Kennis en opvattingen van het Nederlandse publiek over palliatieve sedatie*

Hilde T.H. van der Kallen, Natasja J.H. Raijmakers, Judith A.C. Rietjens, Alex A. van der Male, Herman J. Bueving, Johannes J.M. van Delden en Agnes van der Heide

Opinions of the Dutch public on palliative sedation: a mixed method approach


Palliative sedation is defined as deliberately lowering a patient’s consciousness, to relieve intolerable suffering from refractory symptoms at the end of life. Palliative sedation is considered a last resort intervention in end-of-life care that should not be confused with euthanasia.


To inform healthcare professionals about attitudes of the general public regarding palliative sedation. Design

A cross-sectional survey among members of the Dutch general public followed by qualitative interviews.


1960 members of the general public completed the questionnaire, which included a vignette describing palliative sedation (response rate 78%); 16 participants were interviewed.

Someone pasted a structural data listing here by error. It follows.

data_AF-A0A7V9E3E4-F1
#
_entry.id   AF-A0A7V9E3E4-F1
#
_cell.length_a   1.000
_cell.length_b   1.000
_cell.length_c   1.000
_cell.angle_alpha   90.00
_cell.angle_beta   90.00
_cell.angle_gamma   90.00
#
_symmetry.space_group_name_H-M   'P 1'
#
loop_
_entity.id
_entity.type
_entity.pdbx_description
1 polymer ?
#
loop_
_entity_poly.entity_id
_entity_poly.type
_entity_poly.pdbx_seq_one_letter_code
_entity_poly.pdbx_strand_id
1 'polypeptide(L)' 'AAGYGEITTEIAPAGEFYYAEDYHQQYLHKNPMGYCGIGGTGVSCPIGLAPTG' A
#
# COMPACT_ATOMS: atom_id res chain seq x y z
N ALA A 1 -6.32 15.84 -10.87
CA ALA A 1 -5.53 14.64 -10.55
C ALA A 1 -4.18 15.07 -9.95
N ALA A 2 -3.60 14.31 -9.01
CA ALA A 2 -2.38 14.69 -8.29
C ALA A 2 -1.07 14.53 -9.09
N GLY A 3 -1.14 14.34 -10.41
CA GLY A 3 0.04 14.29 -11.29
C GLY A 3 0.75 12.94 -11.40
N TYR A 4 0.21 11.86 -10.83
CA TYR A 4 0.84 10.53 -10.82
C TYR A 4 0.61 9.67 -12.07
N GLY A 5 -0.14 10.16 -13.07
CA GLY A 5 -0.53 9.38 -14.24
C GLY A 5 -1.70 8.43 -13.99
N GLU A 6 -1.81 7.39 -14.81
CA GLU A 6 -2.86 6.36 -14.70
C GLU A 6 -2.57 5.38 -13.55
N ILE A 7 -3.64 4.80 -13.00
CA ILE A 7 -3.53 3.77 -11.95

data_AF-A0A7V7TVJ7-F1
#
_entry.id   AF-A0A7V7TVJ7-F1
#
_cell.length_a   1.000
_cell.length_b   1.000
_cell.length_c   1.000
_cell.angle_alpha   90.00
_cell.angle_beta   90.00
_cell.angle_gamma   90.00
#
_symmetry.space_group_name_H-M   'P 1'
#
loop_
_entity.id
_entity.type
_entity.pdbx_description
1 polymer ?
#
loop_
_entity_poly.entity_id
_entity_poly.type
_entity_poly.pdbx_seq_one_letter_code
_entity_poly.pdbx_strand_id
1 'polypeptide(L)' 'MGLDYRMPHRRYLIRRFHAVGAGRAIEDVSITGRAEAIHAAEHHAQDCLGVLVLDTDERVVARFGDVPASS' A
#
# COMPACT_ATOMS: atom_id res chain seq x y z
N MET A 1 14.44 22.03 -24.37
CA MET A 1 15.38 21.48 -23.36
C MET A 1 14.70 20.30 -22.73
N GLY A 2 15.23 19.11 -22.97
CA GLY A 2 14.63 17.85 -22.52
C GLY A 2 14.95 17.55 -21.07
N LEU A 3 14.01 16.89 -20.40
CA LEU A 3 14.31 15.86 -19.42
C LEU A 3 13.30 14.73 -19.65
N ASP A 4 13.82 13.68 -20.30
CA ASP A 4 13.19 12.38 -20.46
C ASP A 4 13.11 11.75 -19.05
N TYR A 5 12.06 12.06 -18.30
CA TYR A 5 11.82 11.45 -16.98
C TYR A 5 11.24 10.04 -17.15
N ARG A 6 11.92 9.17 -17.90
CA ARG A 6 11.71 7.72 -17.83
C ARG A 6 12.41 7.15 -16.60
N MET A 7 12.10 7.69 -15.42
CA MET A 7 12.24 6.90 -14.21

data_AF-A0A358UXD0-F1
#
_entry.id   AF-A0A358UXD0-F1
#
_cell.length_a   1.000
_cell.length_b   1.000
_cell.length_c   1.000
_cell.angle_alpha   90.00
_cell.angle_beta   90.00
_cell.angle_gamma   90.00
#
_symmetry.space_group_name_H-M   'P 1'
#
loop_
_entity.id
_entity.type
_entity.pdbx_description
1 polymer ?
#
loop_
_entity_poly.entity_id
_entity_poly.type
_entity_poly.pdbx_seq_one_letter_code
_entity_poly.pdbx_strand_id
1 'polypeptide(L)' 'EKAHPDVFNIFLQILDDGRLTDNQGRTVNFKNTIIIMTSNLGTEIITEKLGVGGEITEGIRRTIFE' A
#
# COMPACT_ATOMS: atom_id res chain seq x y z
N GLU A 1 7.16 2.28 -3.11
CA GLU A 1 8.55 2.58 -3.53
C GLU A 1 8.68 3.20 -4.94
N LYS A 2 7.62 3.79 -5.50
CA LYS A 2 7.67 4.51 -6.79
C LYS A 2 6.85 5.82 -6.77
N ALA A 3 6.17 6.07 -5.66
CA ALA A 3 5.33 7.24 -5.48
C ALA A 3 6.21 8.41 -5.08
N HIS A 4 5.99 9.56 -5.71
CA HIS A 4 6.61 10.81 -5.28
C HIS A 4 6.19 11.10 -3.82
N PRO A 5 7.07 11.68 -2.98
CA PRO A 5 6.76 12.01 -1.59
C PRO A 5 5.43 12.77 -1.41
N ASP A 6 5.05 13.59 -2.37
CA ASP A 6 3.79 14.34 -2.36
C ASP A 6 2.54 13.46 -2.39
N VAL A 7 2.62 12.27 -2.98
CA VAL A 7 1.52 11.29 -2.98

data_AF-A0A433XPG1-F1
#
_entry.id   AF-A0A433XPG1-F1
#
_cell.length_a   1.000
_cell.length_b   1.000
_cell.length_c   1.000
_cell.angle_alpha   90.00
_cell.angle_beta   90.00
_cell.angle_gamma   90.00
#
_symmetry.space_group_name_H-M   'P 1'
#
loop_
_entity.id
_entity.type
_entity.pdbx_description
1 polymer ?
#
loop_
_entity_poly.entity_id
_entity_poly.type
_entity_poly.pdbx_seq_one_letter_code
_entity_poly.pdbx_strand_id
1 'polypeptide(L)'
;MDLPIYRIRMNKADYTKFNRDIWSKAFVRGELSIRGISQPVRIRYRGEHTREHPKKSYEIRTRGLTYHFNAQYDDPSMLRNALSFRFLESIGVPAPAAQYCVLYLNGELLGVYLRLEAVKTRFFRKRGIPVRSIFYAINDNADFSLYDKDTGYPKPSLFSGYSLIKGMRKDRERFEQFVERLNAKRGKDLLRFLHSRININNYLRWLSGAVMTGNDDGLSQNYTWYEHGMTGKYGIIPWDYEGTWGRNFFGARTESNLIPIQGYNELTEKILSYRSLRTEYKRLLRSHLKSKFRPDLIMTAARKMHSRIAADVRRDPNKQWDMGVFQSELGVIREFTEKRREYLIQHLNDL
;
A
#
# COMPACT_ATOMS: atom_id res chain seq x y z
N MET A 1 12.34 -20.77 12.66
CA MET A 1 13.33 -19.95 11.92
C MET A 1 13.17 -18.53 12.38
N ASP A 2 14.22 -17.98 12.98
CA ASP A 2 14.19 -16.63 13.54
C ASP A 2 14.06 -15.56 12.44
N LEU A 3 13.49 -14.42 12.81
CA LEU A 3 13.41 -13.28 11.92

In total, 22% of the responders indicated knowing the term ‘palliative sedation’. Qualitative data showed a variety of interpretations of the term. 81% of the responders agreed with the provision of sedatives as described in a vignette of a patient with untreatable pain and a life expectancy of < 1 week who received sedatives to alleviate his suffering. This percentage was somewhat lower for a patient with a life expectancy of < 1 month (74%; P = 0.007) and comparable in the case where the physician gave sedatives with the aim of ending the patient’s life (79%; P = 0.54).


Most of the general public accept the use of palliative sedation at the end of life, regardless of a potential life-shortening effect. However, confusion exists about what palliative sedation represents. This should be taken into account by healthcare professionals when communicating with patients and their relatives on end-of-life care options.

Conflict of interest: none declared. Financial support: This study was supported via ZonMw. The sponsors approved the study design, but were not involved in the collection, analysis and interpretation of data.